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Rolls-Royce to create composites technology hub in Bristol

04 April 2015

Rolls-Royce has announced a centre of advanced fan system composites technology development at Bristol, that will create a UK hub of composites knowledge.

Image: Shutterstock

The hub will benefit from manufacturing techniques being developed in partnership with the National Composites Centre (NCC), part of the University of Bristol.

It will also be boosted by research being conducted at the University's Rolls-Royce Composites University Technology Centre to provide validated analysis methods for the design and manufacture of composites components.

The advanced manufacturing facility will be at the forefront of developing the next generation of fan blades and fan cases, made of carbon-fibre composite materials, for Rolls-Royce’s future aero-engines.

The Rolls-Royce CTi (carbon/titanium) blades are a key feature of the new Advance engine design, unveiled last year, which will offer at least 20 percent less fuel burn and CO2 emissions than the first generation of the Trent aero-engine.

The blades and associated composite engine casings will form part of the new CTi fan system that could reduce weight by up to 1,500lb per aircraft, the equivalent of carrying seven more passengers and their luggage.

The processes used in their CTi manufacturing technology capability on the Isle of Wight composites facility were developed within Rolls-Royce and through work carried out at the NCC, a world-leading research and technology hub owned by the University of Bristol.

The development work on the Rolls-Royce CTi (carbon/titanium) blade manufacturing technology has led to their decision to locate the centre for advanced fan system composite technology development in Bristol.

Professor Richard Day

The pre-production facility in Bristol will be developed within an existing building alongside Rolls-Royce’s new facility for carbon-fibre electrical harness rafts.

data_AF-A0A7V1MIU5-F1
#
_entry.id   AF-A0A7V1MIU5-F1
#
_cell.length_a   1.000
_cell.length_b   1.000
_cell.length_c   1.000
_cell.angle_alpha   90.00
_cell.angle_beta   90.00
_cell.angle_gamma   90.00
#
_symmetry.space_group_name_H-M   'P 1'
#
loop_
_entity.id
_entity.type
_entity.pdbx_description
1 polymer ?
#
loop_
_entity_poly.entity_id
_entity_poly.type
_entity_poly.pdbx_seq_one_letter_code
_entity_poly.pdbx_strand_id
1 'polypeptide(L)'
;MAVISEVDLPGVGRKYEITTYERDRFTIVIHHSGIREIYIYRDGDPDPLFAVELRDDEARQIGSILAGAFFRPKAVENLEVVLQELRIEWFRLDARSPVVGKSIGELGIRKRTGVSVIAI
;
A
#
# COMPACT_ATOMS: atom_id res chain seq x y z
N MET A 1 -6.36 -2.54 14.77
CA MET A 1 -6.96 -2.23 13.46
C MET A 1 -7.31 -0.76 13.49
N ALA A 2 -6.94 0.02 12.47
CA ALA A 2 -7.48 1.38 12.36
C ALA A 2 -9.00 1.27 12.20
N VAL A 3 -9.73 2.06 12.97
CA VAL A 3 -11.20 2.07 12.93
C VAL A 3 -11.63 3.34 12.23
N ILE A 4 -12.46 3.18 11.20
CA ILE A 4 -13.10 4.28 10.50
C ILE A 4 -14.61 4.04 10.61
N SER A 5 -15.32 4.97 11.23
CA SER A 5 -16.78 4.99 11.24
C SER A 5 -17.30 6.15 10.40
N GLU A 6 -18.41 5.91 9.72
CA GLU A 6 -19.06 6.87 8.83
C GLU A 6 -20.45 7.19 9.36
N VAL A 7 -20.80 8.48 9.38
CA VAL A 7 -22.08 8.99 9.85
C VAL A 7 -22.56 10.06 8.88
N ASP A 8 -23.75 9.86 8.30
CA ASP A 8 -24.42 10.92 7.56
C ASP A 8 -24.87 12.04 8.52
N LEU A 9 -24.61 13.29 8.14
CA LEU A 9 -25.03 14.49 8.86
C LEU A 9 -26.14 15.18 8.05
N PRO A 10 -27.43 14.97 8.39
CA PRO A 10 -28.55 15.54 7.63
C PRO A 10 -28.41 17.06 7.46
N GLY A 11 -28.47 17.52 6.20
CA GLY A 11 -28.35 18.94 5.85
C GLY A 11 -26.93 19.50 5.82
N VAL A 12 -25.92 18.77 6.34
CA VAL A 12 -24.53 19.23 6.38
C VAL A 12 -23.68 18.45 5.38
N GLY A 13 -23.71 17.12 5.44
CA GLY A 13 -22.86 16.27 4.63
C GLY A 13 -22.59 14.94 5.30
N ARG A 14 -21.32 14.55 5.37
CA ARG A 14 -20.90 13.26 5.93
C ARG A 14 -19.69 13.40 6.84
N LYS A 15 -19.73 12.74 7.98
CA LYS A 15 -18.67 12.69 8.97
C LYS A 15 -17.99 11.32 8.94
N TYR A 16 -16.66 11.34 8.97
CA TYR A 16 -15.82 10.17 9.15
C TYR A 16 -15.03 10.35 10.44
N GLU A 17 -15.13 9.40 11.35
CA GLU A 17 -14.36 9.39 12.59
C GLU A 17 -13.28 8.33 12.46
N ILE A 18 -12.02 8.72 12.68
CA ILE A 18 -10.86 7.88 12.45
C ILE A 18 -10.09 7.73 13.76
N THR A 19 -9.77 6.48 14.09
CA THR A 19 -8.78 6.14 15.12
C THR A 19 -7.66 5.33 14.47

Carbon-fibre composites are predominantly used in the aerospace industry to enable significant reduction in weight, leading to lower fuel consumption and reduced emissions. Rolls-Royce has been involved in developing carbon-fibre technologies for several decades and already uses the material for a number of parts within its aero engines. Innovative automated methods have been developed specifically for producing composite fan blades and fan casings.

Curing composites with microwaves

Meanwhile, a new initiative to cut significantly the time needed to make complex composite aircraft components has been launched with the award of an Engineering and Physical Sciences Research Council (EPSRC) High Value Manufacturing Catapult Fellowship.

Professor Richard Day, of Glyndwr University in Wrexham, will work with the University of Sheffield Advanced Manufacturing Research Centre with Boeing (AMRC) and the NCC in Bristol to develop microwave technology that industry could use to cut curing times, energy consumption and greenhouse gas emissions. Microwave ovens would provide an alternative to conventional technology, using autoclaves.

Researchers have been using microwaves to cure composites for some years, but have yet to develop robust processes that could be used by industry to make geometrically complex parts, as opposed to flat panels.

The four year research programme will explore and overcome manufacturing problems associated with microwave curing, before going on to make complex components, identical to those used in aircraft.

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